Not many people will have an opportunity to retire early. But at only 28, Alex Assadi considers himself “semi-retired.” An investor who bought his first stock at 19: $500 of Exxon Mobil for $72.39 a share, Assadi gradually built his portfolio of income-producing assets when he was in college and his first couple of jobs until his passive-investment income eventually surpassed his living expenses allowing him to achieve financial freedom by his mid-20s. He is the author of Rich at 26.
Helping Others Become Financially Free
Now 29, Alexis Assadi has been sharing his investment tips and tricks on his blog for several years. The Vancouver-based investor runs a financial mentorship program with almost 100 enrollees. Assadi has also established nine companies including Assadi Capital Partners, a family office investing on his own wealth, and Pacific Income LP, which plans to generate money from outside investors.
Will he become the next Warren Buffet? In Assadi’s program, he scraps the “buy low, sell high” principle and instead sets his sights on income investing – owning assets that provide a regular income. This may include dividend-paying stocks, rent-generating real estate, or interest-earning debt. According to a report from Goldman Sachs, direct investing and passive income will become the new investment paradigms.
An Eye For Detail
While Assadi’s approach of income over value is contrary to that of Buffet’s, both investors share one characteristic as an investor, their intense attention to detail. Chris Hayre, Assadi’s former financial-education sales company and current business partner, Assadi’s eye for detail is something never seen before. He has been ahead of the curve on both investing and in Vancouver’s booming real estate market. With the prices going bananas, Assadi has made it out phenomenally well. His successful transition from traditional assets to direct investments in private companies has also been exceptional.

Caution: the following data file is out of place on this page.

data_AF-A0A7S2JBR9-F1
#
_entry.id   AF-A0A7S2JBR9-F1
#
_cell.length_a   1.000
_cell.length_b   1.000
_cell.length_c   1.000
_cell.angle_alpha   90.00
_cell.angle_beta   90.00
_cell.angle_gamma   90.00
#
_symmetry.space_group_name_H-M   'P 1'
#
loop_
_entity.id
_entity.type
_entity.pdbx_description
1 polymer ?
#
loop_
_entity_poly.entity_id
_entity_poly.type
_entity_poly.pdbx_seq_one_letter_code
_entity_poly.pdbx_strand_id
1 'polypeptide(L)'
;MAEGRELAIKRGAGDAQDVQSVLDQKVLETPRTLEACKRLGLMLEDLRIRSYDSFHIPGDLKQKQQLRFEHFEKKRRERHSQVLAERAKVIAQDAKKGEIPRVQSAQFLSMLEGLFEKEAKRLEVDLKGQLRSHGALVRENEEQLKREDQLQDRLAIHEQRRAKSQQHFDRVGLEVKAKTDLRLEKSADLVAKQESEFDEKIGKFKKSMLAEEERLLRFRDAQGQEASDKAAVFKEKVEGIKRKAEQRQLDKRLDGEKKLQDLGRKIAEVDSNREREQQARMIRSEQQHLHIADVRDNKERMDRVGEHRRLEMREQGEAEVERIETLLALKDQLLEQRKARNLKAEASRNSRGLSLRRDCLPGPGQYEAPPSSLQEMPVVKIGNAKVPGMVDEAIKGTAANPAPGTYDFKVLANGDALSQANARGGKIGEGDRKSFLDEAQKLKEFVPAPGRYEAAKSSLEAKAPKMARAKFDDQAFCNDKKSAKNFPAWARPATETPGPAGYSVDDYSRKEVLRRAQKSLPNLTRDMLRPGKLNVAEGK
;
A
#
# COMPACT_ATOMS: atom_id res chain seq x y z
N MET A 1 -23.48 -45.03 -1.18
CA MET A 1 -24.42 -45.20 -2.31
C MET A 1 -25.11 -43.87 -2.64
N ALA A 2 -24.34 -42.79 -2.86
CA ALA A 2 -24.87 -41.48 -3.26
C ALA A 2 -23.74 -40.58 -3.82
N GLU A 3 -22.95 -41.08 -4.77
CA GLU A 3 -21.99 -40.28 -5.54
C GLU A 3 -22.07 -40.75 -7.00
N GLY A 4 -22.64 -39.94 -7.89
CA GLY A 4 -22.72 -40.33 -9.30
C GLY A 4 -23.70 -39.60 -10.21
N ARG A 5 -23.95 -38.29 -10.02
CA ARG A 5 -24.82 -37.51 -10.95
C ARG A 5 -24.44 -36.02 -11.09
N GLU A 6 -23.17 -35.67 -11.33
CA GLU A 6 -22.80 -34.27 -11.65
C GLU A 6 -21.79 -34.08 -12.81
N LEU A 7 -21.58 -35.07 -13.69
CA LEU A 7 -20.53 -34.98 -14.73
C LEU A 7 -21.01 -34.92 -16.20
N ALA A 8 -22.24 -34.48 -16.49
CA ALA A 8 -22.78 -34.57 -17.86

Invest While Young
However, Assadi acknowledges that his strategy will not guarantee financial freedom. However, given a fair shot in life, anyone can do it. While he was studying political science at the University of British Columbia, Assad received a telesales call from a bank convincing him to put his small pot of about $1,000 into a mutual fund. He started researching the fund, kick started his passion for investing that saw him reading the business news while he researched companies during lunch breaks at his first postgrad job at his uncle’s Wall Street company.
Assadi quit his job in order to focus on his own investment. After receiving no emails to respond to, he realized that the retired life was not that fulfilling. At the moment, he is focused on helping companies grow through his investments, which are currently focused on direct investment, loans, and real estate across Canada and Texas.